100 Years of Champions (1912 - 2012)
These horseshoes represent the strength of the iron that protects their animals from harm.
This art installation honours the champions of the Calgary Stampede rodeo and chuckwagon races – the very heart of the annual celebration – people bringing forward their best and achieving excellence. These are the men and women who finished first in their respective events.
Known as The Greatest Outdoor Show on Earth, the Calgary Stampede features two crowd favourites, the afternoon rodeo, offering on of the richest payouts in the world, and the thrilling and breath-taking evening chuckwagon races.
The rodeo consists of six major disciplines – bareback riding, barrel racing, bull riding, saddle-bronc riding, steer wrestling and tie-down roping.
The chuckwagon races, now known as the GMC Rangeland Derby, were invented by American promoter, and Stampede founder, Guy Weadick in 1923.
Did You Know?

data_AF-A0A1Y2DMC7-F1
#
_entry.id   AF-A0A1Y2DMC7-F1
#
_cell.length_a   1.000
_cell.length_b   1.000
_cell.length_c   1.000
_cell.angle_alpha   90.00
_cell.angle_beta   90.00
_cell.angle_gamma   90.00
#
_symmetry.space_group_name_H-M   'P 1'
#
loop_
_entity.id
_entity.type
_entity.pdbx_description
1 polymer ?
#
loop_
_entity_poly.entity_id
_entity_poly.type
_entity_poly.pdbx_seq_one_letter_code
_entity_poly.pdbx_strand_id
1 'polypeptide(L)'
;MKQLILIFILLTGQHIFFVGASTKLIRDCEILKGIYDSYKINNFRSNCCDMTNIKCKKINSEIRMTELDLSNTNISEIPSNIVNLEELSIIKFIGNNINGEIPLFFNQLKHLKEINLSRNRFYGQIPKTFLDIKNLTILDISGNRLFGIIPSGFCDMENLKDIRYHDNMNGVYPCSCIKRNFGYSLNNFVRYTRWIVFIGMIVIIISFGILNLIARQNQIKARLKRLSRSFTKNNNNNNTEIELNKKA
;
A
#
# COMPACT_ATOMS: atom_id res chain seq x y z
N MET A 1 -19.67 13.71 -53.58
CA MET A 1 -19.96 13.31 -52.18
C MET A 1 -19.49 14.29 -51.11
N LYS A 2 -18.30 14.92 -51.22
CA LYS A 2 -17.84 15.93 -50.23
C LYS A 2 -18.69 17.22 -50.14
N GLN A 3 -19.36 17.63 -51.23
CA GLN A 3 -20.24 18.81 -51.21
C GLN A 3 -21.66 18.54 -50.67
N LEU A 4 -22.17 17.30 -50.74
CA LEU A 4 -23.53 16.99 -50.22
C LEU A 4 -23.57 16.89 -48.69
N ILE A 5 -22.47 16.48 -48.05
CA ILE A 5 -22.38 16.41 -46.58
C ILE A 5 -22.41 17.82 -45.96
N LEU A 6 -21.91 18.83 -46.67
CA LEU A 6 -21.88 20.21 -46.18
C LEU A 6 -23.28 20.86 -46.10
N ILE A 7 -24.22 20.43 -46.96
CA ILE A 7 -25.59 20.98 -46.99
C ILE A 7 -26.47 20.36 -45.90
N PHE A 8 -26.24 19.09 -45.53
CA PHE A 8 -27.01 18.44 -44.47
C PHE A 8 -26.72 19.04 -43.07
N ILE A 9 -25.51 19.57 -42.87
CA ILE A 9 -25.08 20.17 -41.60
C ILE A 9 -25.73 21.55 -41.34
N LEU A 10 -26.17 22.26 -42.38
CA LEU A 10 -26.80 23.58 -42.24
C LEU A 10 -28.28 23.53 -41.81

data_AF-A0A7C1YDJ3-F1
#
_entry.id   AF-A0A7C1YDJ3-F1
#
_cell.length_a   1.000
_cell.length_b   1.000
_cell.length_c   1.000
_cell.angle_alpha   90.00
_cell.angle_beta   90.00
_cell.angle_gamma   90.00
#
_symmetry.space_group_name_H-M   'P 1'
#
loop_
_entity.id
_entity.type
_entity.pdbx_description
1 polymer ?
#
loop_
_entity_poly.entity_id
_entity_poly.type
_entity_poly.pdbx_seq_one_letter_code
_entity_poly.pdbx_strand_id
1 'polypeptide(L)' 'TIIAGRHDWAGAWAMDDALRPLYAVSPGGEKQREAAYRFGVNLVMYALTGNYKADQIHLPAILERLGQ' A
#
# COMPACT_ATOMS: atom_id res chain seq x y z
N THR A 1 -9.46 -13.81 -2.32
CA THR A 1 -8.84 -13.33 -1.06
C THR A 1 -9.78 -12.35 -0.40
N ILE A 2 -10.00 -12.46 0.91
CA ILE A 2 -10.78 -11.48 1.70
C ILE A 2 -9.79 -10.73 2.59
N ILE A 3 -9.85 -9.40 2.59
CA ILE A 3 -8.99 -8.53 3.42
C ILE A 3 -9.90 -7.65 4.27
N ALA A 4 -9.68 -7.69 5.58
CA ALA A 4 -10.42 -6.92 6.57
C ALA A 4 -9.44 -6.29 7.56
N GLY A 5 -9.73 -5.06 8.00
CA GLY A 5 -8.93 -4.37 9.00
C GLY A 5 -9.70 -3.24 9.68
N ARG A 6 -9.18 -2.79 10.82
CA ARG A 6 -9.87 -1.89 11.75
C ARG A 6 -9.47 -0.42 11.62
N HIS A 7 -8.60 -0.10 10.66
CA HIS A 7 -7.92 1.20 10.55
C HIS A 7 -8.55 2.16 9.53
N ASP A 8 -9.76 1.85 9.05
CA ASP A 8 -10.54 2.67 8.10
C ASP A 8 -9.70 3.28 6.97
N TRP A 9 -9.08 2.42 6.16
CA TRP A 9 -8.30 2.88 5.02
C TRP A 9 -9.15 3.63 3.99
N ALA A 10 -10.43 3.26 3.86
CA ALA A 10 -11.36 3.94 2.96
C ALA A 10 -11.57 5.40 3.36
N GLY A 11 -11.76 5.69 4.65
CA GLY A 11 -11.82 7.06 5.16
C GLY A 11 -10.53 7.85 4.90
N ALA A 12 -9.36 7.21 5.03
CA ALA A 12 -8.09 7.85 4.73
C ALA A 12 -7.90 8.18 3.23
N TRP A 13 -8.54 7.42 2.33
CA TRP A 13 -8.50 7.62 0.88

- The first rodeo took place in 1912. Following a hiatus, the Stampede returned in 1919 to honour soldiers returning from World War I. The festival became an annual event in 1923 when it merged with the Calgary Industrial Exhibition to create the Calgary Exhibition and Stampede, now known simply as the Calgary Stampede.
- The Calgary Stampede’s rodeo is now known as “Rodeo’s Richest Afternoon” with over $1 million away on Showdown Sunday. Each event winners takes home the championship and $100,000.
- The GMC Rangeland Derby features heart-stopping action as 36 drivers, 216 horses and their teams of outriders vie for over $1.15 million in prize money.
- At one time, the winner of the chuckwagon races was the first team to complete the course and then make a fire in their stove and have first smoke.